noun, plural stig·ma·ta [stig-muh-tuh, stig-mah-tuh, -mat-uh] /ˈstɪg mə tə, stɪgˈmɑ tə, -ˈmæt ə/, stig·mas.
- a mental or physical mark that is characteristic of a defect or disease: the stigmata of leprosy.
- a place or point on the skin that bleeds during certain mental states, as in hysteria.
- a small mark, spot, or pore on an animal or organ.
- the eyespot of a protozoan.
- an entrance into the respiratory system of insects.
Origin of stigma
Synonyms for stigma
Related Words for stigmatastain, scar, odium, blot, disgrace, disfigurement, slur, dishonor, brand, spot, taint, imputation, mark, blame, blemish, onus, reproach
Examples from the Web for stigmata
Historical Examples of stigmata
Moment by moment, the stigmata of decay became more evident.The Cosmic Computer
Henry Beam Piper
Carmichael (In Tuscany, 228) is satisfied that Francis received the stigmata.Folkways
William Graham Sumner
Stigmata, etc., unprecedented in individual's experience, 7.Essay on the Creative Imagination
I knew the worst at once: it had about it all the stigmata of new poetry.
These stigmata are so visible that it has been possible to photograph them.Mind and Body
William Walker Atkinson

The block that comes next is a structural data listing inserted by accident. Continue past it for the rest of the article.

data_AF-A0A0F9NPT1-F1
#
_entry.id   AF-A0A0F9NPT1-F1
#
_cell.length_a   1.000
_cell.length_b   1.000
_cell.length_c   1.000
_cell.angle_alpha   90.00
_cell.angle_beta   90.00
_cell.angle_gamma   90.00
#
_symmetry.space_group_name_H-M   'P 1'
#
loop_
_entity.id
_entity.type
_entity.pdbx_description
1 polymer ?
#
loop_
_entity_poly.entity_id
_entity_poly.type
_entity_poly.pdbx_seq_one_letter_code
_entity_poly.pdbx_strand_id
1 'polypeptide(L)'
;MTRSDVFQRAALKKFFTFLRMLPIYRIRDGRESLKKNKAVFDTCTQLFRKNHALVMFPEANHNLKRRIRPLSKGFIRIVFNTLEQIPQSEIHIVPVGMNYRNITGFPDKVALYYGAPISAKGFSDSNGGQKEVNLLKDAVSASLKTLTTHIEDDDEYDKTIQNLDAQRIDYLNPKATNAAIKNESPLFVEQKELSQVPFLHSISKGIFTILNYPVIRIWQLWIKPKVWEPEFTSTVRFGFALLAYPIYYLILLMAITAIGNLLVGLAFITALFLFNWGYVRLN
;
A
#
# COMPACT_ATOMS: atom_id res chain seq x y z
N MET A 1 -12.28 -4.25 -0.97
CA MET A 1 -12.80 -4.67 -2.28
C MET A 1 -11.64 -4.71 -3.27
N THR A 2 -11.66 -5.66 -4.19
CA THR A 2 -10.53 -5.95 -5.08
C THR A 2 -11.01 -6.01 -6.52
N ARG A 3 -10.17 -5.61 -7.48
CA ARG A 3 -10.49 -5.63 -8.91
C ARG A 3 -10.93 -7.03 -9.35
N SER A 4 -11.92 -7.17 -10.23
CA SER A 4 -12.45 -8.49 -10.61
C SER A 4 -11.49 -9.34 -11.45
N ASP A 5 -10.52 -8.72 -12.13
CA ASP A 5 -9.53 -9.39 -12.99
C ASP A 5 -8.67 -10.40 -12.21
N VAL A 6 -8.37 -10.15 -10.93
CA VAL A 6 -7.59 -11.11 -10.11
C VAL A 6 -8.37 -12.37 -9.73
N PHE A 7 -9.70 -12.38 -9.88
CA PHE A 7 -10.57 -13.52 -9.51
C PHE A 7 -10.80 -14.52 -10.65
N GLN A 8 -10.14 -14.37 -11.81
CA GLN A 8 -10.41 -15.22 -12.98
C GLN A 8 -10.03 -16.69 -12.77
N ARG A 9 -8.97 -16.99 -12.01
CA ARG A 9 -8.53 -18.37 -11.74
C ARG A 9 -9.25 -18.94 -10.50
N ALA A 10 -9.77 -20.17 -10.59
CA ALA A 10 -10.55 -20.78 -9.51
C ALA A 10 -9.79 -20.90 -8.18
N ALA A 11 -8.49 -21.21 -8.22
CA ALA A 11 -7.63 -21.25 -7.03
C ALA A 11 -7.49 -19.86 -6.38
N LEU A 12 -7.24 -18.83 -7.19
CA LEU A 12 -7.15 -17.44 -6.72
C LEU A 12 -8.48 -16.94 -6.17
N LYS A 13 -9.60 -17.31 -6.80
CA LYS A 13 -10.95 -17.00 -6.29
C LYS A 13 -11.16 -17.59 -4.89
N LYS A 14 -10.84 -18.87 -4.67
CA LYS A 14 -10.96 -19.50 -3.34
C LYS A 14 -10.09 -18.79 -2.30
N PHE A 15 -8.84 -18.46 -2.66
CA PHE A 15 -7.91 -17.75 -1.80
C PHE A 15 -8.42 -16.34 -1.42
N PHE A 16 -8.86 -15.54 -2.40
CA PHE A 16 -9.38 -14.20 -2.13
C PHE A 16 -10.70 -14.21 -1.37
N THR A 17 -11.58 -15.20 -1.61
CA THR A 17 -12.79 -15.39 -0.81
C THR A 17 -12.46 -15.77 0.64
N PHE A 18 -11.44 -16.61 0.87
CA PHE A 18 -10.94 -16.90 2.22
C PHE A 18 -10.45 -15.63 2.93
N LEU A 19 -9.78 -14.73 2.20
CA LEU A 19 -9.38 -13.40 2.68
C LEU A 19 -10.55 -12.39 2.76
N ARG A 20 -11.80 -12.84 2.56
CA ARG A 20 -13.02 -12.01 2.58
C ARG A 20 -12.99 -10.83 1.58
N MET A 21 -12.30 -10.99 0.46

noun plural stigmas or for sense 7 stigmata (ˈstɪɡmətə, stɪɡˈmɑːtə)
- any mark on the skin, such as one characteristic of a specific disease
- any sign of a mental deficiency or emotional upset
- a pigmented eyespot in some protozoans and other invertebrates
- the spiracle of an insect
Word Origin for stigma
1590s, "mark made on skin by burning with a hot iron," from Latin stigma (plural stigmata), from Greek stigma (genitive stigmatos) "mark, puncture," especially one made by a pointed instrument, from root of stizein "to mark, tattoo," from PIE *st(e)ig- (see stick (v.)). Figurative meaning "a mark of disgrace" is from 1610s. Stigmas "marks resembling the wounds on the body of Christ, appearing supernaturally on the bodies of the devout" is from 1630s; earlier stigmate (late 14c.), from Latin stigmata.